Swollen & Enlarged Thyroid: What it Means & What Causes it

Swollen & Enlarged Thyroid: What it Means & What Causes it

Does it feel like you have an enlarged thyroid?

Do you notice a bulge in your neck or does your neck appear thicker?

Have you felt your thyroid and noticed that it is “lumpy” or “inconsistent”?

Are you experiencing symptoms that make you think there is a problem with your thyroid?

If you answered yes to any of these questions then you may have an issue with your thyroid gland. 

This post will teach you all that you need to know about an enlarged/swollen thyroid including what it means, how to diagnose it, your next steps, and more

What is an Enlarged/Swollen Thyroid?

Let’s start with some thyroid basics:

Your thyroid is an endocrine (hormone) gland that sits at the base of your neck. 

It produces some of the most important hormones known in the human body: T3 and T4 known as thyroid hormones

Disorders, including anatomical changes to the thyroid, can cause serious problems in the body which often present with certain symptoms. 

These symptoms range from minor fatigue to massive weight gain, hair loss, constipation, and so on

For such an important little gland in your body, there are a lot of potential problems that can arise with its function. 

One of these problems is an enlargement of the gland. 

This enlargement is often termed a “goiter” or a “swollen thyroid” and it is incredibly common

The problem with an enlarged thyroid is that it is a nonspecific term that is simply used to describe the shape and size of the thyroid gland (1).

Knowing that your thyroid is enlarged or swollen doesn’t necessarily say anything about the function of your gland (which is perhaps one of the most important aspects of your thyroid). 

We will talk about how to properly assess if your gland is functioning properly in the testing section below, but for now, let’s discuss the potential causes of an enlarged thyroid. 


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Causes of an Enlarged Thyroid

Knowing that your thyroid is enlarged is not a diagnosis by itself. 

It’s more helpful to think of an enlarged thyroid gland as an observation or as a description of what is happening. 

This is because there are actually many different conditions that result in thyroid gland enlargement. 

These conditions range from infections, inflammation of the gland, nutrient deficiencies, cancer, and even autoimmune disease. 

An important part of treating an enlarged thyroid gland is correctly identifying and diagnosing what is happening. 

This important step can be done through blood testing and imaging (discussed below). 

The range of medical conditions which can cause thyroid gland enlargement include: 

These diseases can be differentiated based on how they present (your symptoms), how they affect the size of your thyroid gland (diffuse enlargement or isolated enlargement), how they look on ultrasound imaging, and how they affect thyroid hormone production

Enlarged Thyroid vs Painful Thyroid

It’s important to differentiate between an enlarged thyroid gland and a painful thyroid gland. 

This one single symptom is unique to very few conditions and can easily help you figure out a diagnosis. 

Your thyroid gland is an organ that is susceptible to inflammation and infection, just like other parts of your body

This condition occurs very rarely, however, because for the most part your thyroid is protected from the rest of your body. 

Infections such as viral and bacterial bugs can result in a condition known as subacute thyroiditis (4).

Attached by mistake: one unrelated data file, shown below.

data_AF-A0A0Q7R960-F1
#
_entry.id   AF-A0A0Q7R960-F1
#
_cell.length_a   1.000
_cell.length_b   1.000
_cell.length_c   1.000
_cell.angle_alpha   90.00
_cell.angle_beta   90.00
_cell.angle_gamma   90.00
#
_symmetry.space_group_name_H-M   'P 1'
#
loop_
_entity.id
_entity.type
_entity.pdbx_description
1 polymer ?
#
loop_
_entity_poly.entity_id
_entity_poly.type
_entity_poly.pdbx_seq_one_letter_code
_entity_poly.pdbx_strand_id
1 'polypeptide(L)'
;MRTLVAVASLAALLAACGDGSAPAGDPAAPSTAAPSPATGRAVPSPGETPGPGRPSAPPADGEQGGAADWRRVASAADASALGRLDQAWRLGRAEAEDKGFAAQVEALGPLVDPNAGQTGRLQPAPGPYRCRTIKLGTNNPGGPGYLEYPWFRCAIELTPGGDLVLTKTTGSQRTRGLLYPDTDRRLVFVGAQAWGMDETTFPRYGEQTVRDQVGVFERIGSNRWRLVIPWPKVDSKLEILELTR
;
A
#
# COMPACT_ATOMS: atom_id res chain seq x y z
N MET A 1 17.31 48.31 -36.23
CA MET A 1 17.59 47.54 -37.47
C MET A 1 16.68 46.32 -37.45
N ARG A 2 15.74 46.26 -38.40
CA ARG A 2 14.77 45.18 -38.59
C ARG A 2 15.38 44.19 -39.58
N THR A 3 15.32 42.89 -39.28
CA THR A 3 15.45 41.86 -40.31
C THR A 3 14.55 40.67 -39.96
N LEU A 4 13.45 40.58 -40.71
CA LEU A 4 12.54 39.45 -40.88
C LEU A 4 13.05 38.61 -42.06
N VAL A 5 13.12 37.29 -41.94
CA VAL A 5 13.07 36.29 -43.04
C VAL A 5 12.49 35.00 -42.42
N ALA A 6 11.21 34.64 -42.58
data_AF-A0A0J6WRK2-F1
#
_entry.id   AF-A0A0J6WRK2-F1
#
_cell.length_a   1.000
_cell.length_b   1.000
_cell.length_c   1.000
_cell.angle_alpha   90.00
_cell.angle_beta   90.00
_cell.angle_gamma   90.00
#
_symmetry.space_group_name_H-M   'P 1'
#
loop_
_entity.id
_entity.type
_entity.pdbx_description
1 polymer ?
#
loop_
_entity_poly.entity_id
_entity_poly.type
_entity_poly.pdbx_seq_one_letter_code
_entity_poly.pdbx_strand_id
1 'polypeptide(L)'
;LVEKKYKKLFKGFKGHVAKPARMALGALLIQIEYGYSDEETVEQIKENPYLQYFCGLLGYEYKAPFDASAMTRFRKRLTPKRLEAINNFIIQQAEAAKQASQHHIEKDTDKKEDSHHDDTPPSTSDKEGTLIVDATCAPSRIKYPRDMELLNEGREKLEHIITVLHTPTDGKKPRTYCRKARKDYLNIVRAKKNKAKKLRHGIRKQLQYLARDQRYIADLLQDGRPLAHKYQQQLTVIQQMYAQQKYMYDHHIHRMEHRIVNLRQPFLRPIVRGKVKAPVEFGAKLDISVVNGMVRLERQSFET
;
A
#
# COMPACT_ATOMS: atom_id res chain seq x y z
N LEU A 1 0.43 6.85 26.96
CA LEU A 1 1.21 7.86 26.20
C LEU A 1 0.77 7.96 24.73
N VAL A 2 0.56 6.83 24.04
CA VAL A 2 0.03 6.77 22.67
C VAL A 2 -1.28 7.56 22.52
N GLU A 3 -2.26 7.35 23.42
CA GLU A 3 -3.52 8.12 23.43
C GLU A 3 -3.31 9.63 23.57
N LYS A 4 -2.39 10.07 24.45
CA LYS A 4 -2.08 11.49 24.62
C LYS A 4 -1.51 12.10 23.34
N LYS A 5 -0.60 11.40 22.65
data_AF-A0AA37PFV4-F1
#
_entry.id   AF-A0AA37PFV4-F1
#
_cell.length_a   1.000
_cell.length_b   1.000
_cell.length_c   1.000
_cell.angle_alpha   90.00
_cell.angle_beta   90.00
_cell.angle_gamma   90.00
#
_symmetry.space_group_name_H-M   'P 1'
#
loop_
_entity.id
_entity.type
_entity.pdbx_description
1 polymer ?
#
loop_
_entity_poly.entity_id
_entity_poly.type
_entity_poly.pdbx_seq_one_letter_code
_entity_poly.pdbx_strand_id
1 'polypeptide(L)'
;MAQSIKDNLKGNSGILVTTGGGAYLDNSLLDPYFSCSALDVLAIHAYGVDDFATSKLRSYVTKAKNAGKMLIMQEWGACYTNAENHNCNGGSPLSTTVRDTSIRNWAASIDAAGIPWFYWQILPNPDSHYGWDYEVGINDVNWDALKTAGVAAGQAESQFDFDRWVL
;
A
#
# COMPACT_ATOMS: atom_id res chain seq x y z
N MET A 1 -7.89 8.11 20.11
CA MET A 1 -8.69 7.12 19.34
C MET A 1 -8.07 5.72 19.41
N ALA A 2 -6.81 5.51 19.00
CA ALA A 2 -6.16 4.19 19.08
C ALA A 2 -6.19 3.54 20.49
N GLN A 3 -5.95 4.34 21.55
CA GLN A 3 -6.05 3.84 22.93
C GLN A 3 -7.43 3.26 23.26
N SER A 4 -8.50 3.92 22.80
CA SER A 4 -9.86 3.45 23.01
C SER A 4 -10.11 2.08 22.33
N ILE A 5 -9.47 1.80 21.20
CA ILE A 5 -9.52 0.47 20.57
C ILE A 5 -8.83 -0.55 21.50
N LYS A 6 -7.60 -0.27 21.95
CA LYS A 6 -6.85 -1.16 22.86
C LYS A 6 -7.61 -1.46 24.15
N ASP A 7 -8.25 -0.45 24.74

This is one of the very few conditions which cause pain in the thyroid gland when touching it. 

Subacute thyroiditis can also result in an enlargement of the thyroid gland but it’s almost always associated with pain. 

This pain is important because it can easily help differentiate other, more serious, conditions which cause an enlargement of your thyroid gland. 

Does an Enlarged Thyroid Cause Symptoms? 

Anatomical changes to your thyroid, such as changes to the size or shape of your thyroid, are most often found incidentally. 

Patients are often quite surprised that they even have a thyroid issue until they are notified by their physician during a routine exam. 

Problems that cause changes in the shape and size of the thyroid usually do NOT cause problems with the production of thyroid hormone. 

This is important because the symptoms associated with dysregulated thyroid hormone production are often profound and easy to identify. 

Instead, disorders of the shape and size usually are asymptomatic. 

What this means is that they do NOT cause any symptoms. 

Now, this isn’t true for all disorders because there are always exceptions. 

One such exception is if the size of your thyroid grows to a size large enough to cause local anatomical issues (5).

These issues might present as problems swallowing, changes to your vocal cords or a change in your voice, or a bulge that is noticeable in your neck. 

Occasionally, if your enlarged thyroid is due to swelling or inflammation, then you might also experience pain when touching your neck. 

Some conditions which result in an enlargement of your thyroid gland are reversible and may go away on their own (such as some causes of Thyroiditis) while others may persist and cause permanent thyroid damage (such as Hashimoto’s thyroiditis). 

Hopefully, you’re beginning to understand that in order to really understand what is happening with your thyroid gland you will need further evaluation. 

Imaging and Evaluating your Thyroid

One of the best ways to look at your thyroid gland is by imaging it or looking at it via ultrasound (6).

Ultrasound is a nearly painless procedure that allows radiologists to look at the size, shape, texture, and other characteristics of your thyroid gland. 

Because the thyroid gland is near to the surface of your skin it can easily (usually) be assessed with this type of imaging.